Monday, January 20, 2020

Merrion Square and National Gallery

I wasn't really in the humour for the National Gallery. I know it's winter, and it's time for indoor locations, and the National Gallery is beautiful, but the sun was shining, and I didn't want to spend all my time indoors sketching paintings, or just looking at paintings. Don't get me wrong, I like to go into art galleries and look at art. But when I'm sketching, I'm sketching. 

So I felt so lucky when I walked through Merrion Square and saw two guys practising their tightrope walking skills. They were happy to be sketched and they were very relaxed, chatting away as they practised their skills. The hardest bit seems to be actually getting on the rope - each had their own technique, but in both cases, it involves going from sitting on the rope to pushing yourself up using only the strength of your legs - hard on the knees and glutes I imagine. 


Once the sun had moved behind the row of Georgian houses, I decided to go into the gallery. There is a spot I know where you have a fantastic view of Lincoln place and Lincoln's Inn. I couldn't use watercolours, due to the proximity of paintings on the walls nearby, so I just drew with a very light pen, observing the proportions and relationships between the various elements. It didn't look like much. And I was a bit frustrated with it, I have to admit. But when I added colour and extra pen lines at home, I was happy with how the spread turned out. The windows on the right-hand page are from the buildings nearby.


At that point, I was ready to go outdoors again, and I just sat outside the gallery on Merry Square - the sky was interesting, as was the bare tree. I decided to only hint at the building itself. It was a quick sketch. Despite my little cushion, it was cold out there!


Time for meeting everyone in the Gingerman pub. They still had their Christmas decorations on. So I couldn't resist that. This is a few weeks back of course. I do expect they have taken the decorations down by now!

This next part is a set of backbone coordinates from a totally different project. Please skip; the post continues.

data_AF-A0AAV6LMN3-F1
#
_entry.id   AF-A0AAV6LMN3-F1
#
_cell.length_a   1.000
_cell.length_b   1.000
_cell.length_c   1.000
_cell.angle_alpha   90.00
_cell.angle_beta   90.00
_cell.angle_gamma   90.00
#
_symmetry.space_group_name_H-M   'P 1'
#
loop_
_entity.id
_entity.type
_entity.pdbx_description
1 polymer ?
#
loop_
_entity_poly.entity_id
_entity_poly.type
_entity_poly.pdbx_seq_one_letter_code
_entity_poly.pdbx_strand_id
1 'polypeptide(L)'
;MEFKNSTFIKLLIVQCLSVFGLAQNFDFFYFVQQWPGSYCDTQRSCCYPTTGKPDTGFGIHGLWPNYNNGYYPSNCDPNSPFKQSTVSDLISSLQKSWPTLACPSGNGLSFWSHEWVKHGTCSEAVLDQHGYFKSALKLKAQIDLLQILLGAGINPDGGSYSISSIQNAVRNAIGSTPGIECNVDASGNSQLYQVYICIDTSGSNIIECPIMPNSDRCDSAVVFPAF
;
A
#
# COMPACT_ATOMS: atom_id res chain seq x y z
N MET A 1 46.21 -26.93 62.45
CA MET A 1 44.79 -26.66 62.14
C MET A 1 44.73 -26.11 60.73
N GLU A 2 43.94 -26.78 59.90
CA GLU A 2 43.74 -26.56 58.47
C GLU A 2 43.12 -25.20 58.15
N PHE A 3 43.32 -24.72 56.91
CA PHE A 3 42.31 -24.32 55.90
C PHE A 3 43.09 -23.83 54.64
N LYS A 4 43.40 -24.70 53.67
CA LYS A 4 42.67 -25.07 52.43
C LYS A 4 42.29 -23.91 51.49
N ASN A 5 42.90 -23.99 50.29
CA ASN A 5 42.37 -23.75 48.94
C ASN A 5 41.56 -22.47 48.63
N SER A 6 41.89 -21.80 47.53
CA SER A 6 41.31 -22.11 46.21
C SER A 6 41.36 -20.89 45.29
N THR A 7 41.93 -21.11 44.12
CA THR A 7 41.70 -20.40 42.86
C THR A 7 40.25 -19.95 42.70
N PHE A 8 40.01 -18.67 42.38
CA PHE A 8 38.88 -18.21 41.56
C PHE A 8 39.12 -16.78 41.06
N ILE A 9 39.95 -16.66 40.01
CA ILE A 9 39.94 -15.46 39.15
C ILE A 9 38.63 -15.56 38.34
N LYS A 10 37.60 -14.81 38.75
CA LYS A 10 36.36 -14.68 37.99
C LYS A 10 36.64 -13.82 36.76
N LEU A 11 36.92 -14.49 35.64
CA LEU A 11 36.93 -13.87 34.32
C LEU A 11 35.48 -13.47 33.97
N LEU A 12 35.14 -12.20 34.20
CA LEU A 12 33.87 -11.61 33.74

Saturday, January 18, 2020

The Vaults


Well, I've decided to dedicate this sketchbook to Climate Change. I am trying to change things in my life to do my bit for a better, safer, world. I've significantly reduced the amount of meat I eat. I use public transport or walk whenever possible. I reduce the amount of packaging by buying from the Minimal Waste Grocery or similar shops (there's one that's just opened in Dundrum). I don't buy products with palm oil (I had to survive Christmas without Marks&Spencer's Belgian biscuits and Belgian chocolate truffles - you have no idea!!!). I sign petitions. I will talk to our politicians when they arrive on our doorstep for the upcoming election. I still feel it's not half enough. But it's something.

So, for every page or every sketch, I will find information or a quote about climate change, even though it's got nothing to do with the sketch itself. But there is nothing more important than climate action right now (not in 10 years or 20 years' time - that will be too late - actually, according to the quote here, right now is too late, which is no surprise when you hear about the fires in Australia and the flooding in Jakarta)

I really enjoyed sketching this - we were talking about how to free up a sketch and the answer, to me anyway, is direct watercolour - no pencil, no pen, just the brush! I wish every sketch worked out like this one!

"The former United Nations climate chief Christiana Figueres has said that we have until 2020 to avoid temperature thresholds leading to runaway, irreversible climate change."
Jonathan Safran Foer
'We are the Weather - Saving the Planet Begins at Breakfast'

I really wish that 2020 was a typo!

Friday, January 17, 2020

Big clouds over Bray Head

Well, I did finish that painting eventually, but I feel so rusty - I really need to carve out more time for watercolours and get out there and paint (or work from photos - watercolours take forever to dry in the winter in Ireland - it's not so much that it's cold, but the damp is a real killer!)

Still, it's good to be thinking about watercolours again.

Two things I need to watch out for: 1: values - when I increased the contrast in Picasa, it was much more powerful; and 2: composition: the hill on the right was too dark and attracting the eye (I guess that's actually values), so it looks better when I cut most of it off the page - which you can do in Picasa, and also in watercolours!!

The original:


How it would look if I had used juicier paint:


And if I cropped the hill almost out of the painting - it's a little bit odd, although I feel my eye rests on the cloud more. Maybe I should just lighten the paint on the hill so it doesn't attract the eye out of the painting?:



Tuesday, January 14, 2020

studies for a winter sky over the sea

I think of myself mostly as a watercolour artist. But lately I have been more focused on urban sketching and life drawing. Just one of those phases in life. A kitten who jumps on the desk without warning. Other preoccupations. Just normal life taking over.